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The programme examines the mismatch between the traditional education system (a hangover from the British Colonial era) and the culture in Trinidad and Tobago. Sequences show the prize giving at on...e of the elite boys schools in Port-of-Spain a rural primary school in Tobago, and one of the new Junior Secondary Schools, where the emphasis on purely academic work has been modified by the development of a completely new currlculum. Some of the points raised in the programme are in relation to (i) ideas about the use of Standard English and local dialect in schools. (ii) attitudes to education among pupils and teachers. (iii) career choice and the difference between academic qualifications and social aspirations.
Metadata describing this Open University video programme
Module code and title: E201, Personality and learning
Item code: E201; 12
First transmission date: 31-06-1976
Published: 1976
Rights Statement:
Restrictions on use:
Duration: 00:24:37
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Producer: Edward Milner
Contributors: Cheryl Birchwood; Hyacinth Bonair; Lyle Alexander; Osmond Downer
Publisher: BBC Open University
Keyword(s): Attitudes to education; Port of Spain; Chaguanas Junior School; Colonial inheritance; Indigenous culture; New curriculum; Patience Hill primary school; Trinidad; Tobago; St Mary's College; Traditional education
Footage description: The programme opens with an interview with Osmond Downer, the headmaster of Chaguanas Junior Secondary School in Trinidad. Downer describes the education system imposed on colonial Trinidad and Tobago by the British. Film of prize-giving at a traditional school, St. Mary's College. In voice over Milner explains the position these traditional school occupy in Trinidadian society. Over film of a steel band, Milner comments on the alien nature of the traditional school system in Trinidad. Over shots of sugar cane workers, he briefly describes the educational deficiencies of agricultural areas. In interview, Hyacinth Bonair, a teacher in a traditional secondary school, comments on the neglect of agricultural subjects in traditional schools. Three boys at this school describe their hopes for a professional career, and a girl explains the importance of success in examinations. In interview, Hyacinth Bonair outlines the inadequacies of the traditional curriculum, while Lyle Alexander, a trainee teacher, complains of the irrelevance of the examination system. Shots of Patience Hill, a poor rural area of Tobago, over which Milner comments on the limited educational opportunities in such places. Film of a class at Patience Hill Primary School. In interview, Cheryl Birchwood a teacher at the school, argues that West Indian education suffers from its adherence to Western rather than African culture. Shots of her class singing a folk song. (Actuality) Shots of a new junior secondary school, over which Osmond Downer, the headmaster, explains why more secondary schools are needed. He describes the curriculum used at his school and argues in favour of vocational subjects, especially agriculture. Shots of such subjects being taught. Downer stresses the need for dialect to become acceptable in schools. (Actuality) In interview, a girl from Chaguanas School explains the advantages of questions in class. Downer comments on the happy atmosphere at the school. Shots of agriculture classes. Milner asks children here what careers they intend to follow. In interview Downer argues for more vocational education. The programme ends with film of child doing agricultural work.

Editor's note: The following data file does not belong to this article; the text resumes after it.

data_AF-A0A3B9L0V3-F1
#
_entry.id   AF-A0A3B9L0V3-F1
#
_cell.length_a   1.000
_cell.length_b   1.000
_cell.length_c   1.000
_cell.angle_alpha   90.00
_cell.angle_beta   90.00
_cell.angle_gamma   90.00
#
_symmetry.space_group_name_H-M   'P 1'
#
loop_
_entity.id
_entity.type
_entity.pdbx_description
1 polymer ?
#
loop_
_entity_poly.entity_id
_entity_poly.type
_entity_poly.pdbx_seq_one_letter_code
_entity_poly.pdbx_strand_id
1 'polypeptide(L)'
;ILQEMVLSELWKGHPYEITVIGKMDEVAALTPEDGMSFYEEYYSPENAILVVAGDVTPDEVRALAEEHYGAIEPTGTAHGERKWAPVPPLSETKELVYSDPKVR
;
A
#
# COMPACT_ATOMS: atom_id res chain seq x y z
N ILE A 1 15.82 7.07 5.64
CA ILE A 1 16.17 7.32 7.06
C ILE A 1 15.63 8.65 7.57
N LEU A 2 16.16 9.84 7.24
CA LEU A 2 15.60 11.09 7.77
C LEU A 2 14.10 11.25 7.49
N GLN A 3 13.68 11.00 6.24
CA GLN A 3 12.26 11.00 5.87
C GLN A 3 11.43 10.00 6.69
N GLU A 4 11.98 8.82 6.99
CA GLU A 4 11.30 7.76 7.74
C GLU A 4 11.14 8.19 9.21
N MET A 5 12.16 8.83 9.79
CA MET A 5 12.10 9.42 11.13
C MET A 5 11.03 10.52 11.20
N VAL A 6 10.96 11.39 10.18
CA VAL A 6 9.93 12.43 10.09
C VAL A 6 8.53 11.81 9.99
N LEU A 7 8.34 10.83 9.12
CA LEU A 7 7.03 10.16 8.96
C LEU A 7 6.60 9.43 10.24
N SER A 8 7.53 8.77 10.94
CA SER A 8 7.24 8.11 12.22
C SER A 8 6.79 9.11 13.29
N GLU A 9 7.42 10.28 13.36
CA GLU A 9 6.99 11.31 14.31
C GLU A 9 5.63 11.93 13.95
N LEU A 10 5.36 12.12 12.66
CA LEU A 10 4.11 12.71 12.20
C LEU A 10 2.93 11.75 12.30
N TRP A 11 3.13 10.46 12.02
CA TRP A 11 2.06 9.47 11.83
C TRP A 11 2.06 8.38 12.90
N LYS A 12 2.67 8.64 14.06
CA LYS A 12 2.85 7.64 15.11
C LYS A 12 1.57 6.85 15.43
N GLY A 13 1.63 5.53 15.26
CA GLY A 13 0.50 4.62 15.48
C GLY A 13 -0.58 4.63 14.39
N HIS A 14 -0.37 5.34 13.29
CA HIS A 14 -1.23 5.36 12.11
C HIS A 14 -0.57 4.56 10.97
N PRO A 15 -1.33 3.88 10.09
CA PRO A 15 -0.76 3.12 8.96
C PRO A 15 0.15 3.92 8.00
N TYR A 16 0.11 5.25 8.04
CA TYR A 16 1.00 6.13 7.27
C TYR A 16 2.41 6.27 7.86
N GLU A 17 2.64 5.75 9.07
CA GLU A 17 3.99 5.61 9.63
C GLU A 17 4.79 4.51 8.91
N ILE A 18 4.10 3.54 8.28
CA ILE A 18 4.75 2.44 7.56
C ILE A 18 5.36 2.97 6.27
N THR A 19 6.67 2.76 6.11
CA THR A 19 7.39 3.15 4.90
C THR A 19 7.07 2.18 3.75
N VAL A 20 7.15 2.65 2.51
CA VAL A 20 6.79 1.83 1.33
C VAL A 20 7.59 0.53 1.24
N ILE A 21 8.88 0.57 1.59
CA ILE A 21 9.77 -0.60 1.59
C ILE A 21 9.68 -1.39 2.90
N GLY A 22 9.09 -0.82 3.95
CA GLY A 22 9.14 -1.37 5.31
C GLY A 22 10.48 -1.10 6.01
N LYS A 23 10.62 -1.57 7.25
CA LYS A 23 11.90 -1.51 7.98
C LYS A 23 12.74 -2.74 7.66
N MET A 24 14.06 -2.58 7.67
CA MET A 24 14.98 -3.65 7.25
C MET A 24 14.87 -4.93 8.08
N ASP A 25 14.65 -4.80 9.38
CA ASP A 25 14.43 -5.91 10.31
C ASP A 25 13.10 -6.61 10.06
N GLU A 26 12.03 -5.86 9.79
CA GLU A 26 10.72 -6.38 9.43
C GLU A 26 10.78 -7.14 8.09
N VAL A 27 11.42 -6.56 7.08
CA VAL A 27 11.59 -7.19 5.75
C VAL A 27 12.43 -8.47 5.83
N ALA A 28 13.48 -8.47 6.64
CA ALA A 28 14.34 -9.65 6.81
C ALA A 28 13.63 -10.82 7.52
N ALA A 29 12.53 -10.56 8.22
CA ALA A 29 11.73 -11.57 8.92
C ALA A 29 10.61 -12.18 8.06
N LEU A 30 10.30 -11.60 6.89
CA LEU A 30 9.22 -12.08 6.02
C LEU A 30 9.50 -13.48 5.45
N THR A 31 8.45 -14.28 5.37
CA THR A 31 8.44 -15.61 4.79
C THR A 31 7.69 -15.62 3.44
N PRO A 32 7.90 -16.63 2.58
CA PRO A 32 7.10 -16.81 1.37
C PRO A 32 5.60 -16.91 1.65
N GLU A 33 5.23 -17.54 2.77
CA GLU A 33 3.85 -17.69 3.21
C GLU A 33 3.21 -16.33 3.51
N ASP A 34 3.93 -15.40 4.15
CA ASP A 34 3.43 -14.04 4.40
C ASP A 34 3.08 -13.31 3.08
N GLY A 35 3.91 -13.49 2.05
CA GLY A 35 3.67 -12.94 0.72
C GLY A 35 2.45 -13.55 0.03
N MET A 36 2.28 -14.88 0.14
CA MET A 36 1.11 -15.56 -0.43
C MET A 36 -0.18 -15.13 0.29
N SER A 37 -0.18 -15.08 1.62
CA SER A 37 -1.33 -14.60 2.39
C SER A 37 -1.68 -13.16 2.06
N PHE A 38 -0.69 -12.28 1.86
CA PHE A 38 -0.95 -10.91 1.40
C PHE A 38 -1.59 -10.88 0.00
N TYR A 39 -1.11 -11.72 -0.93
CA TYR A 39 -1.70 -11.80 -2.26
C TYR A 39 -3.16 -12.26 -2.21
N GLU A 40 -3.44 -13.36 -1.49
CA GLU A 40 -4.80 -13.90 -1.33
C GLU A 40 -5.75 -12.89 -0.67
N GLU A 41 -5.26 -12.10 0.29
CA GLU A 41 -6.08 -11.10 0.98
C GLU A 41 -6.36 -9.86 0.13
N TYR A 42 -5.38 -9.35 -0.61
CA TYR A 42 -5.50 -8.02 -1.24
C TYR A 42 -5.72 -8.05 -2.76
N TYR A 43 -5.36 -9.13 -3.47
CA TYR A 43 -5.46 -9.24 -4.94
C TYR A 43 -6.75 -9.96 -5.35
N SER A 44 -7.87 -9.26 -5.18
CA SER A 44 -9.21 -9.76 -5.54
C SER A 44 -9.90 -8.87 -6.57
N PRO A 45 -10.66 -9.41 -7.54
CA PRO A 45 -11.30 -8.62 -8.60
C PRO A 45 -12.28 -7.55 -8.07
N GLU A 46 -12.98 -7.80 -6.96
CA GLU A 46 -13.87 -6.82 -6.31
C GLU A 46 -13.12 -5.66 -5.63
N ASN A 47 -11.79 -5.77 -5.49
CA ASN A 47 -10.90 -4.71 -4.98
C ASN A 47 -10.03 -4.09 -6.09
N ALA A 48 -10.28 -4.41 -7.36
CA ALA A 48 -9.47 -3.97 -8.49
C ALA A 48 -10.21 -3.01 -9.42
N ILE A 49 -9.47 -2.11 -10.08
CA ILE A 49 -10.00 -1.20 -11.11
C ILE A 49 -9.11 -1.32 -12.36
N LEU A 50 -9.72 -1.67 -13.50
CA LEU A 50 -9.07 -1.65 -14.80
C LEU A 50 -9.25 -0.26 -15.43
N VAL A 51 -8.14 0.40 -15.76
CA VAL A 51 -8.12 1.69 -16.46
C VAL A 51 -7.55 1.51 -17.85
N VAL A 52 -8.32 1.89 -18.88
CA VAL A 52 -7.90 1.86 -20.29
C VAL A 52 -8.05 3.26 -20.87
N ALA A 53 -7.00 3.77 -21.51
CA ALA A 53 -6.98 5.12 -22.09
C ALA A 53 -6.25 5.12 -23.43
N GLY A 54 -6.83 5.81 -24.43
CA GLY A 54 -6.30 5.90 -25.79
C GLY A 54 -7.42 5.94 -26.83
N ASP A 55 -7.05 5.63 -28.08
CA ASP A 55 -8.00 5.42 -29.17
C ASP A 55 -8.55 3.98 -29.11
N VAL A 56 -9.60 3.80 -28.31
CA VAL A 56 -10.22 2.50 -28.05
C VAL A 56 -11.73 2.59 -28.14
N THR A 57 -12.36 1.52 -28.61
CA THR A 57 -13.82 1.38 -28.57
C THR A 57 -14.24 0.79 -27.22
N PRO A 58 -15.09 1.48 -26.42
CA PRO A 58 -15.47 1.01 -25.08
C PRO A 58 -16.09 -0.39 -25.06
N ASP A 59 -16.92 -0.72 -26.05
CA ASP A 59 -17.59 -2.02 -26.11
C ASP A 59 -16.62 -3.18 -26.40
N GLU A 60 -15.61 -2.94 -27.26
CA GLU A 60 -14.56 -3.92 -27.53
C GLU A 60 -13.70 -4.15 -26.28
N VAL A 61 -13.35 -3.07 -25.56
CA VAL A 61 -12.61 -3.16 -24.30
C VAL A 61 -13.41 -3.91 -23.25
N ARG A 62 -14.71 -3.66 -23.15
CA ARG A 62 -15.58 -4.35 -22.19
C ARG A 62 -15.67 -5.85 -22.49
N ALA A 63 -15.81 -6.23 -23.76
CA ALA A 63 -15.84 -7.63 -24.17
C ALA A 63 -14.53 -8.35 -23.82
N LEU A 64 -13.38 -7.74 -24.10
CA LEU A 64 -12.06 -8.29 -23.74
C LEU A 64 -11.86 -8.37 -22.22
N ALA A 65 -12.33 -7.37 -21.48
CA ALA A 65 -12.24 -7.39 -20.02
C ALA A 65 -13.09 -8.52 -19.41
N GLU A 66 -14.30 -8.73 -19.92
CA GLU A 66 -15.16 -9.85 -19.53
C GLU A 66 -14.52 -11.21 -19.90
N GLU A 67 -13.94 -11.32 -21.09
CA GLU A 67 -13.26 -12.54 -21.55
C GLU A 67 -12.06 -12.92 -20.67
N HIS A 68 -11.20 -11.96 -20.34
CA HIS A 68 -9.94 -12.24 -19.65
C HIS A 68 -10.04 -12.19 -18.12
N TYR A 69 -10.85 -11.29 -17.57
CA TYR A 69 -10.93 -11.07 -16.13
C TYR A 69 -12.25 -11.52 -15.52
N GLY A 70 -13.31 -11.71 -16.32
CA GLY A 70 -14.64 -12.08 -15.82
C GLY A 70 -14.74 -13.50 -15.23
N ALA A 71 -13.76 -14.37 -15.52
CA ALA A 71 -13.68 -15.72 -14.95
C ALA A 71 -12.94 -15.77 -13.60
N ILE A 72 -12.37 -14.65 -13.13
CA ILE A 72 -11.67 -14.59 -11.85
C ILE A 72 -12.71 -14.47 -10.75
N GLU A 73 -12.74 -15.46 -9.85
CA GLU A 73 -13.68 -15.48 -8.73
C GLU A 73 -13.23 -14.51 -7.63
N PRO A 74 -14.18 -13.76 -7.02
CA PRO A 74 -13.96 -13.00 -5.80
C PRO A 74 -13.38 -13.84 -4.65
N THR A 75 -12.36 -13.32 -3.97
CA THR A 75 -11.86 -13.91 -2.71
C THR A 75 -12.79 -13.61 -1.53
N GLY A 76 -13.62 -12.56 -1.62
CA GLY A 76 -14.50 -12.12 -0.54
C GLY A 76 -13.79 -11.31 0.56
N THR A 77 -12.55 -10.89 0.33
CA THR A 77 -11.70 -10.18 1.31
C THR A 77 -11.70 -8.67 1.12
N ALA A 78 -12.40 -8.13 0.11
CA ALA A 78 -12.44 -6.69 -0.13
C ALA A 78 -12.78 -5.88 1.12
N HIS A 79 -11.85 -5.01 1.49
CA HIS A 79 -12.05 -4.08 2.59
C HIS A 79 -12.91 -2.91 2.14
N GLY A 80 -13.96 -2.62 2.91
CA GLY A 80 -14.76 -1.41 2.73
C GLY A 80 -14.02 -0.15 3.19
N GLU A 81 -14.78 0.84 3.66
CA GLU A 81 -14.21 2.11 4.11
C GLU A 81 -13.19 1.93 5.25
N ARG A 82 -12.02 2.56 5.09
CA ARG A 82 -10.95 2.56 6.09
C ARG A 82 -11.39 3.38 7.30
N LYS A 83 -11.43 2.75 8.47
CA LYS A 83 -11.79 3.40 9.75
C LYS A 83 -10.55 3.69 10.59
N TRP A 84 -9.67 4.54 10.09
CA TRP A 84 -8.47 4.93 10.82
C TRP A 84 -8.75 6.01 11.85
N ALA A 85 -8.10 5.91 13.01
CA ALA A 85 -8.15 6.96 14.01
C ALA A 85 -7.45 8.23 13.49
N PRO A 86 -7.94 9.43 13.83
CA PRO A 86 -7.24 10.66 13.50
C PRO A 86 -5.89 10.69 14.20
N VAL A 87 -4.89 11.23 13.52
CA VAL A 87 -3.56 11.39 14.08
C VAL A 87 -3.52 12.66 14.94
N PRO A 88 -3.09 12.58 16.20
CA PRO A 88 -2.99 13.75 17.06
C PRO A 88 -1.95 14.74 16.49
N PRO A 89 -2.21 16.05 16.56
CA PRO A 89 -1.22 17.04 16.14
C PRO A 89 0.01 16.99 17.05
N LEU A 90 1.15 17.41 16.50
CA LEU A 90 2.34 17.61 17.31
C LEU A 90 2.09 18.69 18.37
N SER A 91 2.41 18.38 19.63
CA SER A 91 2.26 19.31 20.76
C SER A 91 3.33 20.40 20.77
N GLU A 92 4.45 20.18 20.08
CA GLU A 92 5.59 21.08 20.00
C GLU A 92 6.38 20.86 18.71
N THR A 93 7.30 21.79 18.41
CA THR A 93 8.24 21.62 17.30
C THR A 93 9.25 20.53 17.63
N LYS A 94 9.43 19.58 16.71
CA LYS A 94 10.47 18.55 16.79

Master spool number: 6HT/71875
Production number: 00525_6105
Videofinder number: 555
Available to public: no